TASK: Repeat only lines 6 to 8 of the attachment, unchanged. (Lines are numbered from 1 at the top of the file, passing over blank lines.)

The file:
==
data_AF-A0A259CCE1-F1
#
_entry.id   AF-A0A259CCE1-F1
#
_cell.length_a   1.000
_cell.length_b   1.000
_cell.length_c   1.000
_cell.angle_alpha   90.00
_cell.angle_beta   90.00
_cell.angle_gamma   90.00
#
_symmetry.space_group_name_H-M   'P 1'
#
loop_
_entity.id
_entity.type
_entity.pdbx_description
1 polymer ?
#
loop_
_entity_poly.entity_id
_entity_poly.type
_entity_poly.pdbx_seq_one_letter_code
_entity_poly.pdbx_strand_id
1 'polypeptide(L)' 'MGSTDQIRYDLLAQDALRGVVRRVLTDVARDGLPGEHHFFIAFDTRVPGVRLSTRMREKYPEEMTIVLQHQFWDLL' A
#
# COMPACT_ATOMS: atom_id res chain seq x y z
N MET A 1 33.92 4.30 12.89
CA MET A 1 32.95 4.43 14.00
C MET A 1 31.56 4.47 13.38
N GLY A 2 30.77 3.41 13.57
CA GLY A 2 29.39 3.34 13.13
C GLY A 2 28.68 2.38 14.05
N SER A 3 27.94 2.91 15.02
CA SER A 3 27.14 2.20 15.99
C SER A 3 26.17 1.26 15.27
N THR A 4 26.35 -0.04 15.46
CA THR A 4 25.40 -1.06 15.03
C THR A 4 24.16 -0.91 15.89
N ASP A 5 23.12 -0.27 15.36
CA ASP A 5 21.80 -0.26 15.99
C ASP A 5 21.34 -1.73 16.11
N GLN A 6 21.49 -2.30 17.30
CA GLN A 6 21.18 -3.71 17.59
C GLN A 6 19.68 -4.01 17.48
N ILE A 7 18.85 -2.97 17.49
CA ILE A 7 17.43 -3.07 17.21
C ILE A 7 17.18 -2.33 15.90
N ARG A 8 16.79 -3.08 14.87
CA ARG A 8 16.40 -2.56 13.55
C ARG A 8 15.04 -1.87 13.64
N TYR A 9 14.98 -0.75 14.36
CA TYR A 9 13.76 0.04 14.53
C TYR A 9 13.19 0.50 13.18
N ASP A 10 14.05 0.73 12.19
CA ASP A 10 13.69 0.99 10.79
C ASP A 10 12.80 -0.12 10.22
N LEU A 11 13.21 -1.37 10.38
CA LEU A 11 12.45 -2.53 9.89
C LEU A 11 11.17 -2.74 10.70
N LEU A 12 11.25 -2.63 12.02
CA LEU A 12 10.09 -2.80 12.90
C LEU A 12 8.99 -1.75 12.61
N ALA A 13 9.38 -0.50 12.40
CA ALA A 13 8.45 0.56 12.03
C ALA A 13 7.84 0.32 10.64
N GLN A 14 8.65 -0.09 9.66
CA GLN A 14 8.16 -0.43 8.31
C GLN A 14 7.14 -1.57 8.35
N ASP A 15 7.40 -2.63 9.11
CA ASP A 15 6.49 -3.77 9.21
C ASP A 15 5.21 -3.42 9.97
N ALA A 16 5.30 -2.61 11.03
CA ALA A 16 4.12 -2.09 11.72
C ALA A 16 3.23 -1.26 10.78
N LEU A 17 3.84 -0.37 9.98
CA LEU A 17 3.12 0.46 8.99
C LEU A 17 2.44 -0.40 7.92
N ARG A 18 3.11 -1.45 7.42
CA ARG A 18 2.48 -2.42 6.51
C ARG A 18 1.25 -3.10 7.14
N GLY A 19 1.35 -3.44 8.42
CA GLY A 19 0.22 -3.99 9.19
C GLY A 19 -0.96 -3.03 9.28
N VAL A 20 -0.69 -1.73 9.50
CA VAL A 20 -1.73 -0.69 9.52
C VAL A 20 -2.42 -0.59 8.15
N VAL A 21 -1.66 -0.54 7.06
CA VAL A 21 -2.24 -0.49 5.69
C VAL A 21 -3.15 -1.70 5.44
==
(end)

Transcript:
_cell.length_b   1.000
_cell.length_c   1.000
_cell.angle_alpha   90.00